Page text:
Please use this identifier to cite or link to this item: https://scholarbank.nus.edu.sg/handle/10635/145864
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dc.titleKNOWLEDGE, ATTITUDES AND PERCEPTION OF FAMILIAL ADENOMATOUS POLYPOSIS INDIVIDUALS TOWARDS GENETIC TESTING: A DESCRIPTIVE QUALITATIVE STUDY
dc.contributor.authorNG LIN YING AMANDA
dc.date.accessioned2018-08-17T03:38:10Z
dc.date.available2018-08-17T03:38:10Z
dc.date.issued2018-06-21
dc.identifier.citationNG LIN YING AMANDA (2018-06-21). KNOWLEDGE, ATTITUDES AND PERCEPTION OF FAMILIAL ADENOMATOUS POLYPOSIS INDIVIDUALS TOWARDS GENETIC TESTING: A DESCRIPTIVE QUALITATIVE STUDY. ScholarBank@NUS Repository.
dc.identifier.urihttp://scholarbank.nus.edu.sg/handle/10635/145864
dc.description.abstractBackground: The uptake of genetic testing has been low in Singapore despite the introduction of cancer genetic services since 2001. In 2006, 56% of the eligible participants declined to participate in genetic testing even with the provision of government subsidies. However, the population group for these studies were mainly for hereditary breast and ovarian cancer patients. There are limited studies that explored the perception of familial adenomatous polyposis (FAP) individuals towards genetic testing worldwide, and particularly in an Asian setting. Aim: To explore the knowledge, attitudes and perceptions of FAP individuals towards genetic testing. Method: A descriptive qualitative research design was utilised, using semistructured interviews for a purposive sample of 10 FAP participants. Sample size was determined by data saturation. The audiotaped interviews were transcribed verbatim and subjected to content analysis. Results: Five major themes emerged from the findings: (1) experiences of FAP, (2) knowledge of FAP and genetic testing, (3) acceptance of genetic testing, (4) hindrance to genetic testing, and (5) healthcare professionals’ role in genetic testing. Most participants had a positive attitude towards adenomatous polyposis coli (APC) gene testing and pre-implantation genetic diagnosis and would encourage their child to go for genetic testing prior to colonoscopy. There is a general lack of awareness and knowledge among FAP individuals. The main motivators were wanting to test for at-risk family members and the desire to have a child unaffected by FAP. Barriers include fear of knowing test results, financial and ethical considerations. Conclusion and practice implications: APC gene testing can be routinely offered to children from the age of 10 and reproductive genetic testing should be offered to FAP individuals at childbearing age. There is also a need to raise ! ix! awareness and knowledge among FAP individuals. Further research to explore healthcare professionals’ knowledge and attitudes towards genetic testing is recommended.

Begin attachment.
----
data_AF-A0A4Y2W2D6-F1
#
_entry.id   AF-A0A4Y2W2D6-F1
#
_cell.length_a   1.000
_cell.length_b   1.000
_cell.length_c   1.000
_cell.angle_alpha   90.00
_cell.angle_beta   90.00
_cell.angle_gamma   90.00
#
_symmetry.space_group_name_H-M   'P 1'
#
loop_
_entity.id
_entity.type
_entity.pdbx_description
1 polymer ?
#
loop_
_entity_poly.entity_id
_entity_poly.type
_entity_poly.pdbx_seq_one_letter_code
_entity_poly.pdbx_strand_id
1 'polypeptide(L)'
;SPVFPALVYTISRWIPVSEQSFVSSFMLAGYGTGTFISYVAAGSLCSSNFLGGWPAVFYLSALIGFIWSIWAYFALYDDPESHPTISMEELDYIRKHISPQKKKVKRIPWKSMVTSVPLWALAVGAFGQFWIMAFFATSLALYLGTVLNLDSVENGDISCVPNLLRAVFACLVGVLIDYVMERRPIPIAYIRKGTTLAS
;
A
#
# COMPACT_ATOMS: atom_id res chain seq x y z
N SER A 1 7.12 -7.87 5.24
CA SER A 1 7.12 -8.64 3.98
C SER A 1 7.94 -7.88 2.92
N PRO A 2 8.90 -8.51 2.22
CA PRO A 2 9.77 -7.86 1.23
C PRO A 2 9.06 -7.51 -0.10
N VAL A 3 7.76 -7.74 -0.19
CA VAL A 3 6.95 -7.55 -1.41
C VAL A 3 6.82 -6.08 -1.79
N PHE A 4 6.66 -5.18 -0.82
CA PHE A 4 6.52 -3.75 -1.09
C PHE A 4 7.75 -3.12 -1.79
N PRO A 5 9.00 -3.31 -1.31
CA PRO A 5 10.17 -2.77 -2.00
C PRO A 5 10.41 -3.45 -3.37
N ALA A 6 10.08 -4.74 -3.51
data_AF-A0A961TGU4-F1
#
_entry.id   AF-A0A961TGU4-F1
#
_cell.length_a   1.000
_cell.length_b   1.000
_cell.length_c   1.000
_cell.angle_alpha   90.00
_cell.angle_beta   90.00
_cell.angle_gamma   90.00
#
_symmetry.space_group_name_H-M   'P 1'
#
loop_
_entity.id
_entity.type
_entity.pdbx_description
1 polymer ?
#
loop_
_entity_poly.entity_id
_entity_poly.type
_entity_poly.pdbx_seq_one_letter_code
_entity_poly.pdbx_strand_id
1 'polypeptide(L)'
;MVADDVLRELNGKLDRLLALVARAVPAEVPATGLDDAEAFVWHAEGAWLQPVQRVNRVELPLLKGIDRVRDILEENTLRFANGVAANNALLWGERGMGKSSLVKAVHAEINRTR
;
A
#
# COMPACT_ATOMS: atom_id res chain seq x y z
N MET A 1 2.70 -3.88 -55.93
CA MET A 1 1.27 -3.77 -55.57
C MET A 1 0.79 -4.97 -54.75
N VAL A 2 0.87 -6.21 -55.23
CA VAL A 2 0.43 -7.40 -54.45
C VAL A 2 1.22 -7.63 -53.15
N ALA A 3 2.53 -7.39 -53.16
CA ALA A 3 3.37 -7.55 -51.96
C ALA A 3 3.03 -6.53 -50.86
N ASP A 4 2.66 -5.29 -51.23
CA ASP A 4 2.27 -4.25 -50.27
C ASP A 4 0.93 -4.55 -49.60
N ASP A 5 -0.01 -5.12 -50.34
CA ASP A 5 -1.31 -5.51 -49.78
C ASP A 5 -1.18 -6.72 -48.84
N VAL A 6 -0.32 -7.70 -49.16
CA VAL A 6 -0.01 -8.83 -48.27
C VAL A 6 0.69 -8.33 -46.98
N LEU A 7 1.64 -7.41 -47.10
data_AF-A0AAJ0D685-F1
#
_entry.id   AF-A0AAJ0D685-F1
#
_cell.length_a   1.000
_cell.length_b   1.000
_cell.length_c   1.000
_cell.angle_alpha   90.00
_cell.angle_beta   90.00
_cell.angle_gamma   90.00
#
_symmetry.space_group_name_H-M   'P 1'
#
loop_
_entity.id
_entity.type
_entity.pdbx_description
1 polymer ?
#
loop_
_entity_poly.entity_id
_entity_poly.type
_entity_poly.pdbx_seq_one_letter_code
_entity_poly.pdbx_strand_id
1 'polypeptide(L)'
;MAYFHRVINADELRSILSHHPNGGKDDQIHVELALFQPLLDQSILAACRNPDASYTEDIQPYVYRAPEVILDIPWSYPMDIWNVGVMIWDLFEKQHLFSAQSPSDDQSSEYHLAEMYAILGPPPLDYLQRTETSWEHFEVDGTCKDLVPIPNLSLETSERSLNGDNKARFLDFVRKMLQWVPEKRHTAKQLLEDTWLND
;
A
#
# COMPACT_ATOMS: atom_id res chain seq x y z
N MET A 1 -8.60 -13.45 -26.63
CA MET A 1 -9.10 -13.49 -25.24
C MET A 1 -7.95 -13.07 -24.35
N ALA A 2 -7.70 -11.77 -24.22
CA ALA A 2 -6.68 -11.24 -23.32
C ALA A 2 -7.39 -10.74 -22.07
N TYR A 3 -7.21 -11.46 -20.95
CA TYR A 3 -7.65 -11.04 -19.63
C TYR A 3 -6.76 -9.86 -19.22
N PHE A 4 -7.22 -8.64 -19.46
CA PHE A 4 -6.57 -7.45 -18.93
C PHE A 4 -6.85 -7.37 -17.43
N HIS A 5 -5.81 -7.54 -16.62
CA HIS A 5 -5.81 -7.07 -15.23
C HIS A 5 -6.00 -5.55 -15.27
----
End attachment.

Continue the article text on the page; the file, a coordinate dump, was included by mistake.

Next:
dc.language.isoen
dc.subjectgenetic testing, preimplantation genetic diagnosis, prenatal diagnosis, familial adenomatous polyposis, attitudes
dc.typeThesis
dc.contributor.departmentNURSING/ALICE LEE CTR FOR NURSING STUD
dc.contributor.supervisorLOPEZ VIOLETA
dc.description.degreeBachelor's
dc.description.degreeconferredBachelor of Science (Nursing)(Honours)
Appears in Collections:Bachelor's Theses

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